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Incinerator: In Use



I think about death more than any person should. I blame it on the funeral home near my house. When I sit at the corner waiting for the light to turn, I watch the people come in and out. Dressed in black. Walking arm in arm. I wonder who they lost and if they had a chance to say a proper goodbye.


A handful of times, I've seen the incinerator in use. The smoke coming out of the chimney is unlike any smoke I've ever seen. If it were a mascara hue, it would be called Blackest Black. Seeing this puts things in perspective, except in the dead of winter, when the idea of my body being confined to a toasty thousand degrees seems more appealing than sitting on frozen leather seats.


The last time I was inside a funeral home was when my grandmother passed away. She wasn’t much older than my father is today. Their relationship had always been difficult. She was barren and adopted my father at birth. The only stories I’ve heard about my dad’s childhood were riddled with trauma. Perhaps God was sending her a clear sign she was unfit to be a mother.


For my grandparents, drunken disagreements turned into no-holds-barred fistfights. Most nights, my father cried himself to sleep. Sometimes, in the backseat of the old Chevy while his parents knocked back a few rum and cokes, at a bar outside of town on HWY 11.


My dad and I visited her on her deathbed. I sensed resentment in the air. Her steel blue eyes were glossy from the morphine. We made it just in time. All my father could say was, “I can’t believe she didn’t leave me anything.” I suppose he felt some kind of payout might have made up for all the pain.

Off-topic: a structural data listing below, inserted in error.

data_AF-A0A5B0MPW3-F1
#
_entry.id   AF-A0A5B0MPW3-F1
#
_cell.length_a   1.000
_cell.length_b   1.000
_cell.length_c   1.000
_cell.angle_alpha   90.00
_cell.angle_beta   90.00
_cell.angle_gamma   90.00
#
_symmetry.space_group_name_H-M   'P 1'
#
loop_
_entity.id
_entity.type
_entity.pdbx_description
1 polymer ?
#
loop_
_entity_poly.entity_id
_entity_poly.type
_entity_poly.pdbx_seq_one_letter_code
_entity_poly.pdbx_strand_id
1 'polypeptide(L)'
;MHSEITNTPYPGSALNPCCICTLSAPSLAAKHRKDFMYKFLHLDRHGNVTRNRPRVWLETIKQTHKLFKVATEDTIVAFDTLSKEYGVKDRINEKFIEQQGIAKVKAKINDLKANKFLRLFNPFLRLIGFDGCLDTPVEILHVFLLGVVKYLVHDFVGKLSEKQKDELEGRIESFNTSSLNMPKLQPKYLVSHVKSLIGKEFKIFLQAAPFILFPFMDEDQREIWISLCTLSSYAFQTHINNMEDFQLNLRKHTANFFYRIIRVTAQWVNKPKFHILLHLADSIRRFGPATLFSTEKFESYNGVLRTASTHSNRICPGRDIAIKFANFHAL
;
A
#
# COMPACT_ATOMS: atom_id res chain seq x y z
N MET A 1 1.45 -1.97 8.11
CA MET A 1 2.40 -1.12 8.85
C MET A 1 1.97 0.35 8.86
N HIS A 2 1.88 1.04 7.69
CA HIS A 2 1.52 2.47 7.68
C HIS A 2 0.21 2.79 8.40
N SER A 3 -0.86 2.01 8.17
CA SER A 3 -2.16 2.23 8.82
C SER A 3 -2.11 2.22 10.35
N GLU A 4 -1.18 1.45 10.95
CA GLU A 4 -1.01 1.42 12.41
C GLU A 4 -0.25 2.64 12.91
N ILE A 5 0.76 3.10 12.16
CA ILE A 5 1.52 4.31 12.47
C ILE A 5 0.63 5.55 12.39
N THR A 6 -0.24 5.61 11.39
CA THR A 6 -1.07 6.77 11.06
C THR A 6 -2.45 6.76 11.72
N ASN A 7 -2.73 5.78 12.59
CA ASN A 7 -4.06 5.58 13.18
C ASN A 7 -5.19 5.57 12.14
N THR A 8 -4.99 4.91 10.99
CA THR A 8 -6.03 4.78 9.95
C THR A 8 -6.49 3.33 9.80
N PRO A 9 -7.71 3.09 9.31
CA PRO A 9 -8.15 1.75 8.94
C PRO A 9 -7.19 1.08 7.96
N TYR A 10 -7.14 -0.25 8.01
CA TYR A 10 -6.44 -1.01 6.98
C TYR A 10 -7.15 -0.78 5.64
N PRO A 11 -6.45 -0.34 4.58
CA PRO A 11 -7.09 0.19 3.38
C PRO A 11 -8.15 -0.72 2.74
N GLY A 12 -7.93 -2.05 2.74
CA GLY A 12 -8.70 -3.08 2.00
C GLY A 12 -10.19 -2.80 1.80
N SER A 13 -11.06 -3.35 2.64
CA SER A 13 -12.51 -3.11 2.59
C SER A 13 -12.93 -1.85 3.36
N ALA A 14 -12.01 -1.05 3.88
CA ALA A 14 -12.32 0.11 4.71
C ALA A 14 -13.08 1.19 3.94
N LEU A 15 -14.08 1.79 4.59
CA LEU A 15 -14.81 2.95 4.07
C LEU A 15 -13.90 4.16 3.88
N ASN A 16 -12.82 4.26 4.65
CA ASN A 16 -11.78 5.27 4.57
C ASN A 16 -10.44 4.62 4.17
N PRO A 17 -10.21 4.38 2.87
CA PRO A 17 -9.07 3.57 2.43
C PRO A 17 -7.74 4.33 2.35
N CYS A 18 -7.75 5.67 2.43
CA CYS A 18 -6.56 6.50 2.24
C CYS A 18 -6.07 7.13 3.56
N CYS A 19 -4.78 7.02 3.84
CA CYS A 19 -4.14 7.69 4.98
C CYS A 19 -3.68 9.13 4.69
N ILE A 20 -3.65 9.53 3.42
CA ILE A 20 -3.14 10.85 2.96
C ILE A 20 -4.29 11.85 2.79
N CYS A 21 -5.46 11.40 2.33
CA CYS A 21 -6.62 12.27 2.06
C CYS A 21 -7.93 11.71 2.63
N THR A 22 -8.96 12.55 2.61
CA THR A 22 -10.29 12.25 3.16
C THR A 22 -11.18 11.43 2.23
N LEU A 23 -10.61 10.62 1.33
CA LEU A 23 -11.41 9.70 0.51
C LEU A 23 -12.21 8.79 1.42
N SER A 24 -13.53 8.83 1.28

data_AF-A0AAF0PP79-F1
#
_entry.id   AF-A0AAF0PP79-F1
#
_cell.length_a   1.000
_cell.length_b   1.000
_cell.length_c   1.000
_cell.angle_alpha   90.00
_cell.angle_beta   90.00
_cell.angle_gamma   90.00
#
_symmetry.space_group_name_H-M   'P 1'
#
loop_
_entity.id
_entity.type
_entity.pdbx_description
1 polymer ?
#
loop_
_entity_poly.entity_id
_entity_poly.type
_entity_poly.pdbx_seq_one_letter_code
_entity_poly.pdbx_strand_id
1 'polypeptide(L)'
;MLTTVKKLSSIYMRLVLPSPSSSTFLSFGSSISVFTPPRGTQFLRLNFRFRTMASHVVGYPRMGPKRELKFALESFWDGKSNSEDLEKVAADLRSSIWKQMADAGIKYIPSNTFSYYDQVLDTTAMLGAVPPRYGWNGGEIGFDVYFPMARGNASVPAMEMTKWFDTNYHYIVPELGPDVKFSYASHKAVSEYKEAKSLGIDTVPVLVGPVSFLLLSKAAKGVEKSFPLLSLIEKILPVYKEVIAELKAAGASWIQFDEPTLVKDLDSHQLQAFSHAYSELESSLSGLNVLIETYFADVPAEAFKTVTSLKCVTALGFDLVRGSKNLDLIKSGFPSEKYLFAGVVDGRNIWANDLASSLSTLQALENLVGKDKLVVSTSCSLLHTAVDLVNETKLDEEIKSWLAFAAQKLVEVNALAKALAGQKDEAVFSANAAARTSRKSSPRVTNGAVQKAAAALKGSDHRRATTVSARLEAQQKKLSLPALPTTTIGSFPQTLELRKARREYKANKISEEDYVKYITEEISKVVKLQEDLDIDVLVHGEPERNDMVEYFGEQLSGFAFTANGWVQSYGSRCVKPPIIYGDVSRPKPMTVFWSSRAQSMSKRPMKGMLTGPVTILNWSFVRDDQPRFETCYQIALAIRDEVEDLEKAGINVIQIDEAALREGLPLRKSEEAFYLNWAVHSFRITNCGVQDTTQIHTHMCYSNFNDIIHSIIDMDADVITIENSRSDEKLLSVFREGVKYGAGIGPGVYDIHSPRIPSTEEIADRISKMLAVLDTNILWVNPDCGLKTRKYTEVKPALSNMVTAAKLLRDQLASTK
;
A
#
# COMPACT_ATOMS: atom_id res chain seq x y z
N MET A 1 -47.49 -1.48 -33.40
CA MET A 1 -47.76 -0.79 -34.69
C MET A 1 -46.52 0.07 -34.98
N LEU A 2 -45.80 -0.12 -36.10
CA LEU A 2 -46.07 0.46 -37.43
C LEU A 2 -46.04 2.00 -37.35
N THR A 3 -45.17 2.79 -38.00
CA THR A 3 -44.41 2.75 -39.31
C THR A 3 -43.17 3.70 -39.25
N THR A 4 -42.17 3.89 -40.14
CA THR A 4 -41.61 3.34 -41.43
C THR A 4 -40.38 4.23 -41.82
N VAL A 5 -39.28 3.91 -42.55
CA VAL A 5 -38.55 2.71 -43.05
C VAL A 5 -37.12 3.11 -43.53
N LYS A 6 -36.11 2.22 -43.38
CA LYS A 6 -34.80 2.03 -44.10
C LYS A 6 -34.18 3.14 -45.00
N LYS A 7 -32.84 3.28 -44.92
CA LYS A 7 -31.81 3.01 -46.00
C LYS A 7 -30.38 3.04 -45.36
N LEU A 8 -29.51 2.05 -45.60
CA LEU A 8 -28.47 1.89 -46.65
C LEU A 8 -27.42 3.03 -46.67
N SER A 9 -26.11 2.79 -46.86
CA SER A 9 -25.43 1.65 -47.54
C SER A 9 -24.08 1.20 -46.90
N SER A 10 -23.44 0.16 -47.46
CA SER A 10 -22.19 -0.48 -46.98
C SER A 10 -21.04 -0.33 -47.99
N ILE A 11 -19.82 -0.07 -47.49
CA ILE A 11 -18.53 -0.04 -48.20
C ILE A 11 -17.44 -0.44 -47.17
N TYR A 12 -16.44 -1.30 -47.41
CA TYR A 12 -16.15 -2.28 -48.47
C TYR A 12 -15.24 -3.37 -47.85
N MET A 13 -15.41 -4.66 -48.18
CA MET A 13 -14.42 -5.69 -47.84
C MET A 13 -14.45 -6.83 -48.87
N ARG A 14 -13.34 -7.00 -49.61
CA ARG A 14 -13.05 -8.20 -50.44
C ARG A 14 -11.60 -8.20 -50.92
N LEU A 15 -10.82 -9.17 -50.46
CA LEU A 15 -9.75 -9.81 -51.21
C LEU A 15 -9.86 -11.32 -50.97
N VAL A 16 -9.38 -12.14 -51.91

Her body rested in an open casket. When attendees offered their condolences, I wanted to say “It’s okay, I barely knew her.” She looked even more like a stranger now. Her skin was pale with too much rouge on her cheeks and her eyebrows and lips were visibly painted on, like the face of a life-size collectable doll. The wrinkles on her face reached for the layer of pillowy satin she laid on. Giving her an almost youthful glow. Her long-time boyfriend, Mark, stood beside her and said, “She's never looked better. She should’ve done this years ago," every time someone went by.


As my grandmother made her final exit towards the cemetery, the song Non, Je ne regrette rien, by Edith Piaf, played, as per her request. When the familiar chorus echoed, my dad mumbled something under his breath. Even in death, she taunted him. I suspect she still does.





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